Call us crazy, but the two most recent major economic data releases by China -- the consumer price index on Friday and the trade balance on Saturday -- indicate there could be a case to be made for monetary stimulus in the world's second-largest economy.

In February, the National Bureau of Statistics of China reported, the CPI rose 3.2 percent, which compares favorably with the 12-month peak increase of 6.5 percent recorded last July.

Meanwhile, the trade balance fell to a comparatively large deficit of $31.5 billion in February from a relatively small surplus of $6.5 billion in January, according to data in multiple media reports.

It is true the People's Bank of China already has cut the banks' reserve requirement ratio a couple of times since last Dec. 5 by a total of 1.0 percentage point (100 basis points). However, the trends in the CPI and trade-balance data suggest there may be room for additional stimulus.

Citigroup Inc. said another cut in the banks' reserve requirement ratio could come as soon as this month, while the government also has more space to increase wages and decrease price controls on energy and water, according to Bloomberg News.

[The] data, with surprisingly low retail sales and output continuing to weaken, point to economic growth further cooling to 8 percent or lower this quarter, said Ding Shuang, senior China economist at Citigroup in Hong Kong, who added that data this month could show further worsening should the PBOC fail to cut the banks' reserve requirement ratio again, Bloomberg noted.

China's government has done an excellent job in controlling inflation, Stephen Roach, former non-executive chairman for Morgan Stanley in Asia, said at a conference in Shanghai last week, Bloomberg reported.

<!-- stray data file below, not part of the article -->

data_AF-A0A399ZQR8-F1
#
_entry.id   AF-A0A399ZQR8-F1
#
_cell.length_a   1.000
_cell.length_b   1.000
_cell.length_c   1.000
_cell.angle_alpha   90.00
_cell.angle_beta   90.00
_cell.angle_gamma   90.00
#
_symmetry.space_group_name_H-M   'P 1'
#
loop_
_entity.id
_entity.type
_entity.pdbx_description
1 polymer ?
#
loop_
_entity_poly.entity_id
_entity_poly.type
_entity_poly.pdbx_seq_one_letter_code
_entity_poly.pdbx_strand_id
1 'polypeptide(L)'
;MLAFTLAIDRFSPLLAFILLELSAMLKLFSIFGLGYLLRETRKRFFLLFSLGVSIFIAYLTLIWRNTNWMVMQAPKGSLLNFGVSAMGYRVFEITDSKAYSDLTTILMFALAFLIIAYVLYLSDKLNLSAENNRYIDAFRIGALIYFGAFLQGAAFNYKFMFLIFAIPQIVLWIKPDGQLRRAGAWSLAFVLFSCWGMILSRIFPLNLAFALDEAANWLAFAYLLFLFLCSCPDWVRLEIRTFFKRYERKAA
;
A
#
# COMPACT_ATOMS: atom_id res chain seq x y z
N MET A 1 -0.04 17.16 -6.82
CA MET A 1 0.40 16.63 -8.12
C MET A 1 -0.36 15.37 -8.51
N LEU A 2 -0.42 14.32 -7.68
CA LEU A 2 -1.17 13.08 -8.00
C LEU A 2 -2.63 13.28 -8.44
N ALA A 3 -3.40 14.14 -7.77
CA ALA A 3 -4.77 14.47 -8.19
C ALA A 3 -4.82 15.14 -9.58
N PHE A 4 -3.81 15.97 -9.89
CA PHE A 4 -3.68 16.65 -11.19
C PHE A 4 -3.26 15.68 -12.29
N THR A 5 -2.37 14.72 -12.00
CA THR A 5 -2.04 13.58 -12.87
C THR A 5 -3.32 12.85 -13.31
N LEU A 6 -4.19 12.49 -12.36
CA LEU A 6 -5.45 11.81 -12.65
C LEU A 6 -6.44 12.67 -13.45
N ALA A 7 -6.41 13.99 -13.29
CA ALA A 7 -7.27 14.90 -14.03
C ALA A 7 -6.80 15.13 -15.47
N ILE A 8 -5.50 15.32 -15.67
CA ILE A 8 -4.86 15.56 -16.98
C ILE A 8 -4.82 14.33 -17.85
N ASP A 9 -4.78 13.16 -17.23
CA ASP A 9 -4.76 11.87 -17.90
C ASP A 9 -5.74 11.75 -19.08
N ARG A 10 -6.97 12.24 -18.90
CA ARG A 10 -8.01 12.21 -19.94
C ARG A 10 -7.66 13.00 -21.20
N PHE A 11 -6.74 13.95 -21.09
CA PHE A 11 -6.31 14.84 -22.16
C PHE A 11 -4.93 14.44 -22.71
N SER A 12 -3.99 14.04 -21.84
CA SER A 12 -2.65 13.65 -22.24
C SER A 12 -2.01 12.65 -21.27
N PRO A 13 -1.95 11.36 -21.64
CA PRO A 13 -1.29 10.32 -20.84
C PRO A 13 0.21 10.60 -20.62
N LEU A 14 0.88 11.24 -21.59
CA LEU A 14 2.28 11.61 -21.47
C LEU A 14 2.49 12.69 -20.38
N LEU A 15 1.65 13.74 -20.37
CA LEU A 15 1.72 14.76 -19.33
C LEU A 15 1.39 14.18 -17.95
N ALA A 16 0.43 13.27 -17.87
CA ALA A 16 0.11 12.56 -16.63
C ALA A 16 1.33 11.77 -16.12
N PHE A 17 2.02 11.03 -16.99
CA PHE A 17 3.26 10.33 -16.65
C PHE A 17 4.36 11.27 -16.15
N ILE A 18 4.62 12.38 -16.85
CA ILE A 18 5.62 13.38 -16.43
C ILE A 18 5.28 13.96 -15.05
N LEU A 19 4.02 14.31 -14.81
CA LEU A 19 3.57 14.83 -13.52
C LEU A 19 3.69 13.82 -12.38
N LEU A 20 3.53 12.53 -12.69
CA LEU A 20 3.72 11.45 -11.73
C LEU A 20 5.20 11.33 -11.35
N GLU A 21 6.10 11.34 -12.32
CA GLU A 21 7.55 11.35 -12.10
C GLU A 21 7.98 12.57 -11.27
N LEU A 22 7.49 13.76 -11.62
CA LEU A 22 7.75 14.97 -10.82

Still, the government needs to focus more on the downside risk to growth, Qu Hongbin, co-head of Asian economics research at HSBC Holdings PLC in Hong Kong, said in a Bloomberg Television interview. [Officials] need to react to those data, and I think they will, he said, while predicting the central bank will lower the banks' reserve requirement ratio at least twice by the end of June.

However, the Chinese government's recent action in trimming the country's economic-growth target to 7.5 percent this year may mean it is willing to swap better trade-balance numbers for better CPI numbers.

The fact that we're talking about the question recognizes the fact that it's not a slam-dunk that the inflation beast has been tamed, Jeremy Stevens, China economist at Standard Bank in Beijing, told Reuters. The average January-February inflation rate is 3.9 percent and only a fraction below the government's target for the full year. Most people believe that in the second half of the year the inflation rate picks up again.